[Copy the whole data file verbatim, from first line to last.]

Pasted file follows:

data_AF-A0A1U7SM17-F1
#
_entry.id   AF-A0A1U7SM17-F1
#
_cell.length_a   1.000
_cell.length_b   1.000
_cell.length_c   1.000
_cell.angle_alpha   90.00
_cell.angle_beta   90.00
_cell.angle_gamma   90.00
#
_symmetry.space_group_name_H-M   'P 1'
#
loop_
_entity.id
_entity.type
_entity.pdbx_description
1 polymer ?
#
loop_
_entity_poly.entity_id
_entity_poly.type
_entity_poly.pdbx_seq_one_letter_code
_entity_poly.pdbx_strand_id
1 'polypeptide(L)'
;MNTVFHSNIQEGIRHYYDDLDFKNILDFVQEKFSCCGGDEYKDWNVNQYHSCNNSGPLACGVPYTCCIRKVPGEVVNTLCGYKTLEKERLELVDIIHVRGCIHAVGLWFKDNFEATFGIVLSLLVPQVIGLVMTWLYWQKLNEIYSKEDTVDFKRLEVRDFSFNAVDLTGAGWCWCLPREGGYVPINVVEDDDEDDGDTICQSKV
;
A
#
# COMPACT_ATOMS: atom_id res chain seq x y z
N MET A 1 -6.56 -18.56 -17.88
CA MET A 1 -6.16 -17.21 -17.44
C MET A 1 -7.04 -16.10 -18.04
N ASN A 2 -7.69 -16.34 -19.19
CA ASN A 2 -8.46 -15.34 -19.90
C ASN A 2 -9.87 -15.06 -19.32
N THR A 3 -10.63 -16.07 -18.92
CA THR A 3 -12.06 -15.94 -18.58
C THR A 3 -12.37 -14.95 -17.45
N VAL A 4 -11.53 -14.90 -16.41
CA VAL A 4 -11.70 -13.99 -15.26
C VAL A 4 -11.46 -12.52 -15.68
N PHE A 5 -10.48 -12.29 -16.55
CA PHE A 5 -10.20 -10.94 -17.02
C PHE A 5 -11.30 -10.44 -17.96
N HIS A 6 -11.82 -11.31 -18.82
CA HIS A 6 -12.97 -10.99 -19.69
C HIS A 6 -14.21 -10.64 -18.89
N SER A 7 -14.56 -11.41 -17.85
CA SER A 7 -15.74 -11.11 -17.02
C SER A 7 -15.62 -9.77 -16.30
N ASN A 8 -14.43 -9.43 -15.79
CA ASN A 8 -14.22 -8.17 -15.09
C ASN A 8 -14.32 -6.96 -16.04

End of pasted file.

data_AF-A0A1U7SM17-F1
#
_entry.id   AF-A0A1U7SM17-F1
#
_cell.length_a   1.000
_cell.length_b   1.000
_cell.length_c   1.000
_cell.angle_alpha   90.00
_cell.angle_beta   90.00
_cell.angle_gamma   90.00
#
_symmetry.space_group_name_H-M   'P 1'
#
loop_
_entity.id
_entity.type
_entity.pdbx_description
1 polymer ?
#
loop_
_entity_poly.entity_id
_entity_poly.type
_entity_poly.pdbx_seq_one_letter_code
_entity_poly.pdbx_strand_id
1 'polypeptide(L)'
;MNTVFHSNIQEGIRHYYDDLDFKNILDFVQEKFSCCGGDEYKDWNVNQYHSCNNSGPLACGVPYTCCIRKVPGEVVNTLCGYKTLEKERLELVDIIHVRGCIHAVGLWFKDNFEATFGIVLSLLVPQVIGLVMTWLYWQKLNEIYSKEDTVDFKRLEVRDFSFNAVDLTGAGWCWCLPREGGYVPINVVEDDDEDDGDTICQSKV
;
A
#
# COMPACT_ATOMS: atom_id res chain seq x y z
N MET A 1 -6.56 -18.56 -17.88
CA MET A 1 -6.16 -17.21 -17.44
C MET A 1 -7.04 -16.10 -18.04
N ASN A 2 -7.69 -16.34 -19.19
CA ASN A 2 -8.46 -15.34 -19.90
C ASN A 2 -9.87 -15.06 -19.32
N THR A 3 -10.63 -16.07 -18.92
CA THR A 3 -12.06 -15.94 -18.58
C THR A 3 -12.37 -14.95 -17.45
N VAL A 4 -11.53 -14.90 -16.41
CA VAL A 4 -11.70 -13.99 -15.26
C VAL A 4 -11.46 -12.52 -15.68
N PHE A 5 -10.48 -12.29 -16.55
CA PHE A 5 -10.20 -10.94 -17.02
C PHE A 5 -11.30 -10.44 -17.96
N HIS A 6 -11.82 -11.31 -18.82
CA HIS A 6 -12.97 -10.99 -19.69
C HIS A 6 -14.21 -10.64 -18.89
N SER A 7 -14.56 -11.41 -17.85
CA SER A 7 -15.74 -11.11 -17.02
C SER A 7 -15.62 -9.77 -16.30
N ASN A 8 -14.43 -9.43 -15.79
CA ASN A 8 -14.22 -8.17 -15.09
C ASN A 8 -14.32 -6.96 -16.04